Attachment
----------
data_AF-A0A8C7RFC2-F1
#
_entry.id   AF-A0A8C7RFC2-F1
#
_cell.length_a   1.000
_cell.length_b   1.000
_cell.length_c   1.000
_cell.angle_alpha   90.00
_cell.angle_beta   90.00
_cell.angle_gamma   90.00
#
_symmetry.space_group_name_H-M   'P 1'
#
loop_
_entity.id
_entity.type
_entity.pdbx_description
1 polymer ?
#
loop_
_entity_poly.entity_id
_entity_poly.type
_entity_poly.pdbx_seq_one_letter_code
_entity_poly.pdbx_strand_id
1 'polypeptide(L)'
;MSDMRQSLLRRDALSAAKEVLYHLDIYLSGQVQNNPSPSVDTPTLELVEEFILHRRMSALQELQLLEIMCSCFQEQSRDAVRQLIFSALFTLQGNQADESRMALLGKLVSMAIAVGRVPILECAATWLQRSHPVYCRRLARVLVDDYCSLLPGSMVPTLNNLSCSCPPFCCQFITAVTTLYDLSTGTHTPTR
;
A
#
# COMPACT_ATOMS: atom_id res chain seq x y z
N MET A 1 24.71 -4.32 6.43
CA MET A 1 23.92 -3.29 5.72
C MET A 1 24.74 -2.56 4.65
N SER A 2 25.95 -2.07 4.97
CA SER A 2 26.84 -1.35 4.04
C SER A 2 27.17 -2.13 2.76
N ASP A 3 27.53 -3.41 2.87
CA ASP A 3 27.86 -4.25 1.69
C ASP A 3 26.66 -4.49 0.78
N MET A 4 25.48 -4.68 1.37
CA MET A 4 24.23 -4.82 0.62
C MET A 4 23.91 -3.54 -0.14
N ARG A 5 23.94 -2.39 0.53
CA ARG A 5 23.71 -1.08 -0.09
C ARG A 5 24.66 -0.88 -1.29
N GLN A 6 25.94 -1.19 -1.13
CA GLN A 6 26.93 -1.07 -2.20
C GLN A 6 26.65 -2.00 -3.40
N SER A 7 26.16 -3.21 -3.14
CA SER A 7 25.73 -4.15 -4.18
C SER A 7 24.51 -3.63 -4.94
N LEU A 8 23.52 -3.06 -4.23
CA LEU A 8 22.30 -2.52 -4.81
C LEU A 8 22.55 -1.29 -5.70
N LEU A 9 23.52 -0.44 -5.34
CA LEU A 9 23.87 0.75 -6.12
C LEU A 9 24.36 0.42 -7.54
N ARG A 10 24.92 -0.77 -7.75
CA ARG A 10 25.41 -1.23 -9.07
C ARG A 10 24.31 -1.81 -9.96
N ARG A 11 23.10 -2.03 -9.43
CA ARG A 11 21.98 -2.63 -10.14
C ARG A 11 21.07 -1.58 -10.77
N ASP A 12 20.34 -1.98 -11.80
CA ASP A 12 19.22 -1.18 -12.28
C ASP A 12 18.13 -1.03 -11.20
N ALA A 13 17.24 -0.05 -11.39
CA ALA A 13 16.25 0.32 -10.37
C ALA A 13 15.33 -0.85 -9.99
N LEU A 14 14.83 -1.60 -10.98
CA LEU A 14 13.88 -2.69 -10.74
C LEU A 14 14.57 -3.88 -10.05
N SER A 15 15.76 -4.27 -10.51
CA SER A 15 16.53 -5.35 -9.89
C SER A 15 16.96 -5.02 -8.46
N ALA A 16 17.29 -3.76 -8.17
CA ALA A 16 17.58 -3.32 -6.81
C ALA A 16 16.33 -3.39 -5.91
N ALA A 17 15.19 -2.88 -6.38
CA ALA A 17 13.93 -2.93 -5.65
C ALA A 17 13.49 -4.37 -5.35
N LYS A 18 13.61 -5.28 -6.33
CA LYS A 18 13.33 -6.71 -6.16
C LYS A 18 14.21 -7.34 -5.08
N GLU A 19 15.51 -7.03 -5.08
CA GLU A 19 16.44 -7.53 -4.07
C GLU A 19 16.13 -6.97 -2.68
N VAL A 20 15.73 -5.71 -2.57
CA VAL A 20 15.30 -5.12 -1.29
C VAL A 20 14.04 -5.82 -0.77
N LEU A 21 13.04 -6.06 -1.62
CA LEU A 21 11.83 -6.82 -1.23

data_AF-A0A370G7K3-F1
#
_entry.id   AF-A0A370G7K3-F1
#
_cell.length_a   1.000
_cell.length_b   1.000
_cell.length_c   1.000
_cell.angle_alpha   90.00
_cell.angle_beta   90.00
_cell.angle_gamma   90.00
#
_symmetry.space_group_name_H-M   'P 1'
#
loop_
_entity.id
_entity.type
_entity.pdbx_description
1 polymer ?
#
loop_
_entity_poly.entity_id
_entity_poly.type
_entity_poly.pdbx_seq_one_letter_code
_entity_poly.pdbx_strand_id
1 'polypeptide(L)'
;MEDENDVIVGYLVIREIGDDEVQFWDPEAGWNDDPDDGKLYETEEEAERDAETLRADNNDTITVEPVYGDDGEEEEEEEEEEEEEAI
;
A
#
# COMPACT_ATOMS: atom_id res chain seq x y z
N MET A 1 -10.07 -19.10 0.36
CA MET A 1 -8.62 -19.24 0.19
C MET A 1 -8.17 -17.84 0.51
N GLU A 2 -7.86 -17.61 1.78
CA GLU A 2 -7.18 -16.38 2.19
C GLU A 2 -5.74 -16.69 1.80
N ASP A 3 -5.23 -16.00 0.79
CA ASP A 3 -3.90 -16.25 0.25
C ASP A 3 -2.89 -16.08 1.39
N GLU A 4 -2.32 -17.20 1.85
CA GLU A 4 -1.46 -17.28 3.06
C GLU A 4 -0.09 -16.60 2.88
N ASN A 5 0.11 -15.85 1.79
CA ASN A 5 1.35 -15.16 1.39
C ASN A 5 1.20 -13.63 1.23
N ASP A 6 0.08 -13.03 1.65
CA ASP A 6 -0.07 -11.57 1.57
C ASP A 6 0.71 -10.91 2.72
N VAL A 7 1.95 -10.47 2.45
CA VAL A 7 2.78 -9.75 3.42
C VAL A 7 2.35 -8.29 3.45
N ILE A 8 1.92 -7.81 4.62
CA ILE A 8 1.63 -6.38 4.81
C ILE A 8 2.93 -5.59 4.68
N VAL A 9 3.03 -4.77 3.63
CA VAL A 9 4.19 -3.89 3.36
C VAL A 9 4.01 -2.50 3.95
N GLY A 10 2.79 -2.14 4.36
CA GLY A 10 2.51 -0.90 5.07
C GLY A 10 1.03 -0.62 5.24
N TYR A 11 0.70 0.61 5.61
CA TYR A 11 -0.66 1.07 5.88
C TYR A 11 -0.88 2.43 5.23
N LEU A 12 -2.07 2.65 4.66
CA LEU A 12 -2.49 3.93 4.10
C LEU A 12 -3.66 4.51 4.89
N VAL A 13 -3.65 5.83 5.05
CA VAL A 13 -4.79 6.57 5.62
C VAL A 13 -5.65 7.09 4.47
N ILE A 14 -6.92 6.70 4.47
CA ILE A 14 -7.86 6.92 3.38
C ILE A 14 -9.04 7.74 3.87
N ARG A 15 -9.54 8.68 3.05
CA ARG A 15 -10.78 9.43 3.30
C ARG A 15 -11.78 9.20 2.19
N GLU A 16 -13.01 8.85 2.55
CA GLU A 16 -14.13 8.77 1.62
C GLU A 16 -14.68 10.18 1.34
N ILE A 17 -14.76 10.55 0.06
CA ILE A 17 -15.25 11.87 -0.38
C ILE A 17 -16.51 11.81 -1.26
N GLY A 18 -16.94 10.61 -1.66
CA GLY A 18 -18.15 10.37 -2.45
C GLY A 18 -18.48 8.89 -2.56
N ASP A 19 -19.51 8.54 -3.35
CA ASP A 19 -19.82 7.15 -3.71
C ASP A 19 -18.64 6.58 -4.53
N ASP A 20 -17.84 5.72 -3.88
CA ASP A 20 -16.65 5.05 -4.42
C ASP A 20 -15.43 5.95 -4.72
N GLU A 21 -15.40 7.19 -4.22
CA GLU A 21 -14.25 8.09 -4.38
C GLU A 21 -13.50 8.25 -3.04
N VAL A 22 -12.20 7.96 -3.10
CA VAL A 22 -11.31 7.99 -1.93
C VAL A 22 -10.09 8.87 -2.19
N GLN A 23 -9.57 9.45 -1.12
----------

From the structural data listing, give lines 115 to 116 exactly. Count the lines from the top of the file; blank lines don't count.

_entity_poly.pdbx_seq_one_letter_code
_entity_poly.pdbx_strand_id